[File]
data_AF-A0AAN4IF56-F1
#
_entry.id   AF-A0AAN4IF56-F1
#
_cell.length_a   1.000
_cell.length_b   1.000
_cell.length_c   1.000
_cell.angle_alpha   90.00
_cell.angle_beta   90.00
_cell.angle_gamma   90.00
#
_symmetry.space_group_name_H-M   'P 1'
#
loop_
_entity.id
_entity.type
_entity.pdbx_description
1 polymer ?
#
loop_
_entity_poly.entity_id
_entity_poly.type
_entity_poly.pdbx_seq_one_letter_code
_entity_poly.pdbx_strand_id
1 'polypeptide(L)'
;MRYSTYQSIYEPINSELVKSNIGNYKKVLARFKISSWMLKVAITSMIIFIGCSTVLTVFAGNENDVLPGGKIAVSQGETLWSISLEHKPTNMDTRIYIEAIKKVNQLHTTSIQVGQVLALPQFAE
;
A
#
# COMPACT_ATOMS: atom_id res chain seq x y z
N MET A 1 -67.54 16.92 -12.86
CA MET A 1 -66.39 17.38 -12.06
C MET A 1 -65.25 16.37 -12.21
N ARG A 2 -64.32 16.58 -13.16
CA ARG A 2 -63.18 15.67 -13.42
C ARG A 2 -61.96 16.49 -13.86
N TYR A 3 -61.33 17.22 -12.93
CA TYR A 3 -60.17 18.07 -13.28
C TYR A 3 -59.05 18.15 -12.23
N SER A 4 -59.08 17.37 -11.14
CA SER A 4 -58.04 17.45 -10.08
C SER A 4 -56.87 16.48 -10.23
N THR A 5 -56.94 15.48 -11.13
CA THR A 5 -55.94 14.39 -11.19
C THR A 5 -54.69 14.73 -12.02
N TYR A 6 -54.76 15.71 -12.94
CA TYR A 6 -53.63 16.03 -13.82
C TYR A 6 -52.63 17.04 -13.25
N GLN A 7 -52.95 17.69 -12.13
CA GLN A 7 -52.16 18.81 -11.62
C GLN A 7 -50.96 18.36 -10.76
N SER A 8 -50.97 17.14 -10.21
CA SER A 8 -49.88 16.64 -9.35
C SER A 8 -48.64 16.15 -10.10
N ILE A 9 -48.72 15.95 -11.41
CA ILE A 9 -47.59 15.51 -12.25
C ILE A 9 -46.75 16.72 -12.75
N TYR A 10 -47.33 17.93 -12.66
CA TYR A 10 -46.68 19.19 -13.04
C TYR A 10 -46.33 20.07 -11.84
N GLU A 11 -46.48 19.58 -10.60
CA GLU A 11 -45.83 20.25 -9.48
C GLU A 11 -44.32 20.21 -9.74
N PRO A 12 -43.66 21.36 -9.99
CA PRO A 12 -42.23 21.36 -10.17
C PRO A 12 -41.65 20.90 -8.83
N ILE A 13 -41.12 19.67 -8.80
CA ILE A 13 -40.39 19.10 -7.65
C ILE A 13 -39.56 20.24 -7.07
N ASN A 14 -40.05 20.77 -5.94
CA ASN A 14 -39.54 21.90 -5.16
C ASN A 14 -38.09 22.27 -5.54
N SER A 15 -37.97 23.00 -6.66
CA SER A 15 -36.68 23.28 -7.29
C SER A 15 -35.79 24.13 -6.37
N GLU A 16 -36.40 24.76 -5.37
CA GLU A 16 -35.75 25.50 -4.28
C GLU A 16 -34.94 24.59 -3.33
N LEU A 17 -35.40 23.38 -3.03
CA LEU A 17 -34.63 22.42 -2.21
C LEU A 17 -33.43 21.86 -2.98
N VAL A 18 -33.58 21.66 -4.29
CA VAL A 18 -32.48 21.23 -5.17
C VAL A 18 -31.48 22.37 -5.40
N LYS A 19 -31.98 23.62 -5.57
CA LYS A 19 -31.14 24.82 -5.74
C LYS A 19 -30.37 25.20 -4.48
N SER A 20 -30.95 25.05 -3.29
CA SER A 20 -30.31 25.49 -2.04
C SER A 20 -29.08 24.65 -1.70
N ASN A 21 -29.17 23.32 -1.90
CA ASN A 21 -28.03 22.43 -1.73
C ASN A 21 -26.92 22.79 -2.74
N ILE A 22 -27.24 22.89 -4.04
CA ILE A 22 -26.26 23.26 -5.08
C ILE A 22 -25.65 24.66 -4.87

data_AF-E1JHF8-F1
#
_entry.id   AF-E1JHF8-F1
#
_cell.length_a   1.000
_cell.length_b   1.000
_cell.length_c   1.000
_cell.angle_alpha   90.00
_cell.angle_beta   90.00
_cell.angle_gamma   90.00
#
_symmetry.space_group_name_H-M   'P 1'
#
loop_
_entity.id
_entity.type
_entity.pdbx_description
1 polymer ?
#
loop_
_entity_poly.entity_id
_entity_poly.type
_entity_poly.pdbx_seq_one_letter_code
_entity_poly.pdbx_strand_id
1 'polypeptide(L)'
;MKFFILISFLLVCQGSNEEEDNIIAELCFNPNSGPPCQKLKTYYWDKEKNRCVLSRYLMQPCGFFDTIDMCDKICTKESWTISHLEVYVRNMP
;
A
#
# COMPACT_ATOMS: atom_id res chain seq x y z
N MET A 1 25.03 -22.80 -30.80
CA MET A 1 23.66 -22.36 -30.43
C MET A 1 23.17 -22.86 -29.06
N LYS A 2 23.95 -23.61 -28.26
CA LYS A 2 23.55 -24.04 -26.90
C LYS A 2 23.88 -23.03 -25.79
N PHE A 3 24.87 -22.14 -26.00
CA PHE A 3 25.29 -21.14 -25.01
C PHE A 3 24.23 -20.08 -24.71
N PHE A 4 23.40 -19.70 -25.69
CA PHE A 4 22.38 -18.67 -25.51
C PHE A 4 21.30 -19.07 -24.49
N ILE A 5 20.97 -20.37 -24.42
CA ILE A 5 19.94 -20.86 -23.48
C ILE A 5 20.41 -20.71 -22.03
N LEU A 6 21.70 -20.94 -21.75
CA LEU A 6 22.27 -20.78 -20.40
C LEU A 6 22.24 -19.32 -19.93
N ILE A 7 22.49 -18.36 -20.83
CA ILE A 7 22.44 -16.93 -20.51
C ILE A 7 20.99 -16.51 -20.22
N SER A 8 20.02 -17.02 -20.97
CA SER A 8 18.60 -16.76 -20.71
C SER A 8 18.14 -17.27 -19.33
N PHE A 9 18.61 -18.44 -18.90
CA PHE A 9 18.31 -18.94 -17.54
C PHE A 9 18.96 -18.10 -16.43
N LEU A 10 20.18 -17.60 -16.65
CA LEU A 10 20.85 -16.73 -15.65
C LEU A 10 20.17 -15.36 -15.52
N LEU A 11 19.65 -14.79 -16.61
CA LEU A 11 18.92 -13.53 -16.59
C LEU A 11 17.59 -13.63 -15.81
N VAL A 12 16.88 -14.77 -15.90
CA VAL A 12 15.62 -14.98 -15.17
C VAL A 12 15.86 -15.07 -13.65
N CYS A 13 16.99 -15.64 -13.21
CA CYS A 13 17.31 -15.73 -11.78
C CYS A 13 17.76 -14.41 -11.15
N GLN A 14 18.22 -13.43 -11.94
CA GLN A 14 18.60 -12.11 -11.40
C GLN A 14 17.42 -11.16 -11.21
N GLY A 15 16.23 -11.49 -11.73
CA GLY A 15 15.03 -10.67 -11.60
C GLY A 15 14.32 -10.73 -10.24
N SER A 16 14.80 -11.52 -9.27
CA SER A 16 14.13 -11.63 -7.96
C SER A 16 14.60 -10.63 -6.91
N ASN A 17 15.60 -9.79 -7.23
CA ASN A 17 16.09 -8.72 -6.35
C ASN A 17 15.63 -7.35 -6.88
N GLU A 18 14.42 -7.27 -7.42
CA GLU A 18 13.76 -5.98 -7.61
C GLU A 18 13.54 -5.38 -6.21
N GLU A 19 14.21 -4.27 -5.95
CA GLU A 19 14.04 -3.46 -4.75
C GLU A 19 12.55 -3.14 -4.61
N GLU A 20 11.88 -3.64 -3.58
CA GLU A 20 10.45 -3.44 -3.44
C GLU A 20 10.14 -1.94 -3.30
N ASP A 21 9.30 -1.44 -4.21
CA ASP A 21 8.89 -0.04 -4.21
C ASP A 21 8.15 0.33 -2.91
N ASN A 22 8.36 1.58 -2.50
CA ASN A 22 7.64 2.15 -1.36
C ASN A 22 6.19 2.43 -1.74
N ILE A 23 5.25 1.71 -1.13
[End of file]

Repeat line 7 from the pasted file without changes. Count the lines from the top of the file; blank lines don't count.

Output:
_cell.length_c   1.000